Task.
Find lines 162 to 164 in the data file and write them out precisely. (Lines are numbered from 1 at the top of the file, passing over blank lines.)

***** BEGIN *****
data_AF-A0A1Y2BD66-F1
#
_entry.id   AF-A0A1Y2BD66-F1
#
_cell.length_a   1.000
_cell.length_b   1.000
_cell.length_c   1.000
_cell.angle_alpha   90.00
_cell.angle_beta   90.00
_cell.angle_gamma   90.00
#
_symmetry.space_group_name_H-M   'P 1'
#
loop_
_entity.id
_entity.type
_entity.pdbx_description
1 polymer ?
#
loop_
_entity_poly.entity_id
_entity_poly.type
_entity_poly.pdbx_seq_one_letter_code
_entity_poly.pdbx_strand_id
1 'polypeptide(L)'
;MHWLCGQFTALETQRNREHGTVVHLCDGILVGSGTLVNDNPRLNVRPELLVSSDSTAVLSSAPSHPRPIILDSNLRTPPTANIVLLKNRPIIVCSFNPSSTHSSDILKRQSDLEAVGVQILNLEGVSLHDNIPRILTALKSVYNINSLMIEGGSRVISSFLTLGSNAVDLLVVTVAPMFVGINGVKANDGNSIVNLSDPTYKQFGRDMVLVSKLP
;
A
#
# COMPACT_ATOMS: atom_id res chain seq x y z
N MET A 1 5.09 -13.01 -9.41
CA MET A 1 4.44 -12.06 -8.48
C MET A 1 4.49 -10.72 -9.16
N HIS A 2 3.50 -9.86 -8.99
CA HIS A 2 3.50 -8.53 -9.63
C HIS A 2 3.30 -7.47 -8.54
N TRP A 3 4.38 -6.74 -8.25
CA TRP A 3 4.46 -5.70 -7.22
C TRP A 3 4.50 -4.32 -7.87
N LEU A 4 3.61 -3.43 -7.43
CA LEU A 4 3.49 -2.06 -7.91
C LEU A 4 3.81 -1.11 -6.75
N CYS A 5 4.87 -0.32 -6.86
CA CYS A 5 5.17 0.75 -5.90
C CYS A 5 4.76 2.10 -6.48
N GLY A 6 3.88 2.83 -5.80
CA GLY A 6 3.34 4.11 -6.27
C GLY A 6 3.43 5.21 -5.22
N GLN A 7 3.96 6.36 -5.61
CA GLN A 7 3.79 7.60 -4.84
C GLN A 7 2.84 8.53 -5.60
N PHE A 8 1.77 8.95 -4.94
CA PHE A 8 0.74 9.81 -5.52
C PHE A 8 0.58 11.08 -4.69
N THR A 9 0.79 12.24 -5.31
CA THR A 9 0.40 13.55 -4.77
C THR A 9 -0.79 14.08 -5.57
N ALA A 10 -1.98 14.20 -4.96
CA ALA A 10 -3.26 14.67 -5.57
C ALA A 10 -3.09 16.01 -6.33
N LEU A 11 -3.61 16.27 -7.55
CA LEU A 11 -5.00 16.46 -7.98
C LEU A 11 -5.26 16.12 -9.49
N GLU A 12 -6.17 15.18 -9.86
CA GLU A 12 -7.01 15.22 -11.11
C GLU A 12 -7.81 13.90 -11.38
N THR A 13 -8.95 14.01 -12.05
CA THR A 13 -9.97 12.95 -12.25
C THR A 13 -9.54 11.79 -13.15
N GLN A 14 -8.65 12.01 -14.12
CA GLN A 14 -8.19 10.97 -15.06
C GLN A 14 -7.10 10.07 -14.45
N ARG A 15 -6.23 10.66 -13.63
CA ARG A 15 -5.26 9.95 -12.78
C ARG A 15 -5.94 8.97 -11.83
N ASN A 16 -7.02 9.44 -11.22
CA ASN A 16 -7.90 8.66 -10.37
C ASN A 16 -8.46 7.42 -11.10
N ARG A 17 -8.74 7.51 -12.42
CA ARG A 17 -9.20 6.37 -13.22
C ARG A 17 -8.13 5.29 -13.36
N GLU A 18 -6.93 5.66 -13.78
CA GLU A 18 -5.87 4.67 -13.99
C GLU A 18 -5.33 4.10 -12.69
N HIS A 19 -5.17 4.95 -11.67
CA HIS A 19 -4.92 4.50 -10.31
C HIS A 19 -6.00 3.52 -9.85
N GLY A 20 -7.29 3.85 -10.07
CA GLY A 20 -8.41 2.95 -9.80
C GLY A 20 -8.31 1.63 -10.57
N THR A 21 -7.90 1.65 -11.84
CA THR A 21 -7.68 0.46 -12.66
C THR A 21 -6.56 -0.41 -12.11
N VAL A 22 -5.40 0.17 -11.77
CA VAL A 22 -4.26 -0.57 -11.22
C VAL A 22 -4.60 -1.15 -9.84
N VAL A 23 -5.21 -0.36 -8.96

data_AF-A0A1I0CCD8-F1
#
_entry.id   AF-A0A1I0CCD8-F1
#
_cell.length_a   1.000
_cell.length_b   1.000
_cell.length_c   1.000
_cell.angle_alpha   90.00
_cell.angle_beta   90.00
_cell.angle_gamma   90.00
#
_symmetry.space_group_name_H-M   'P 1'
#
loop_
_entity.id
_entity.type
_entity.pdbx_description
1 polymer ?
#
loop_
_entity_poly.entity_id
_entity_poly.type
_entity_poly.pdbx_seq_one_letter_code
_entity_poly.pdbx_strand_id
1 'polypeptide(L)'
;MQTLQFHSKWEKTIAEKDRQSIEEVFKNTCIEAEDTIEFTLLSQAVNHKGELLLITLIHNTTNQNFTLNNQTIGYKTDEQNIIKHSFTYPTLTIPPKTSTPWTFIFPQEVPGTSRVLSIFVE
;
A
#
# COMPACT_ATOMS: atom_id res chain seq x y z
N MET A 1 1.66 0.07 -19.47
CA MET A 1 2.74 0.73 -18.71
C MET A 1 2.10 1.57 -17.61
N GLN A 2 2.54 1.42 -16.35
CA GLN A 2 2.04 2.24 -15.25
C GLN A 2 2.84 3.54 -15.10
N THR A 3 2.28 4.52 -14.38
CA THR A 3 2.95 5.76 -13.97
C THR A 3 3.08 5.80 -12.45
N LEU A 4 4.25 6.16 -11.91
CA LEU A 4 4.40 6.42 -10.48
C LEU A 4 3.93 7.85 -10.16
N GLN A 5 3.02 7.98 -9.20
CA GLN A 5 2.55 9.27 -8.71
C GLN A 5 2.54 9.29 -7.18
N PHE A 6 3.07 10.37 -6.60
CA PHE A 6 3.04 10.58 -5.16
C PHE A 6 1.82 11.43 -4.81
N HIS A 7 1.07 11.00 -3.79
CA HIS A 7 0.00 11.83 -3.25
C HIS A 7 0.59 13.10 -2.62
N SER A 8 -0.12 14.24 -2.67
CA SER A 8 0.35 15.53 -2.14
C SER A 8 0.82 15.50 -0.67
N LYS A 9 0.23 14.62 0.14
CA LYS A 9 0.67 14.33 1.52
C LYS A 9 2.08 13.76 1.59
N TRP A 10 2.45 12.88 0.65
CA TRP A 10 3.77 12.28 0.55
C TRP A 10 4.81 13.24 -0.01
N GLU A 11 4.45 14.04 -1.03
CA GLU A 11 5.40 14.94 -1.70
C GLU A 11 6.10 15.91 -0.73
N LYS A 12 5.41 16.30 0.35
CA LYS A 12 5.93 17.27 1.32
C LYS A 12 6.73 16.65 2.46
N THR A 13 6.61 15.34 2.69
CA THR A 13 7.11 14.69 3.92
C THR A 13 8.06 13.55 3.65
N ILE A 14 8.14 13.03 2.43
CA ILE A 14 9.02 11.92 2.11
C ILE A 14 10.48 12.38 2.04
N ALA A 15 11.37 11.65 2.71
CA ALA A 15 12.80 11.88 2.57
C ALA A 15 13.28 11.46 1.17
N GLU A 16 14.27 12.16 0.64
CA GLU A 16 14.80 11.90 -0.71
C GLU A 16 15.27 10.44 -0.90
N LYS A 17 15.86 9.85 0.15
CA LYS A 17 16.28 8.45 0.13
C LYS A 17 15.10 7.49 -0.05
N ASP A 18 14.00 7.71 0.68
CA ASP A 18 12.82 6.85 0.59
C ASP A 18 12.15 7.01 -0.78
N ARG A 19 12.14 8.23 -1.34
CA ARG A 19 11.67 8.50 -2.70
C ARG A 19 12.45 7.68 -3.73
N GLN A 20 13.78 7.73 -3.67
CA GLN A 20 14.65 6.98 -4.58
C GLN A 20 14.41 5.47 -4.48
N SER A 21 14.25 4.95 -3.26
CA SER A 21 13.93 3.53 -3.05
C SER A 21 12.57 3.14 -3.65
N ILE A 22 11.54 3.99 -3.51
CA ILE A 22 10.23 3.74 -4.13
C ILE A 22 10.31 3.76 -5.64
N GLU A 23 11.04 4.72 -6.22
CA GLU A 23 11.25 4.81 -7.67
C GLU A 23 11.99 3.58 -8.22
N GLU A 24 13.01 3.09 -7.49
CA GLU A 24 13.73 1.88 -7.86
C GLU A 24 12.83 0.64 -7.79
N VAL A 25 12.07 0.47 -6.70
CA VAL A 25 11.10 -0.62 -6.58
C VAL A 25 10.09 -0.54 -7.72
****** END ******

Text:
CA LYS A 12 5.93 17.27 1.32
C LYS A 12 6.73 16.65 2.46
N THR A 13 6.61 15.34 2.69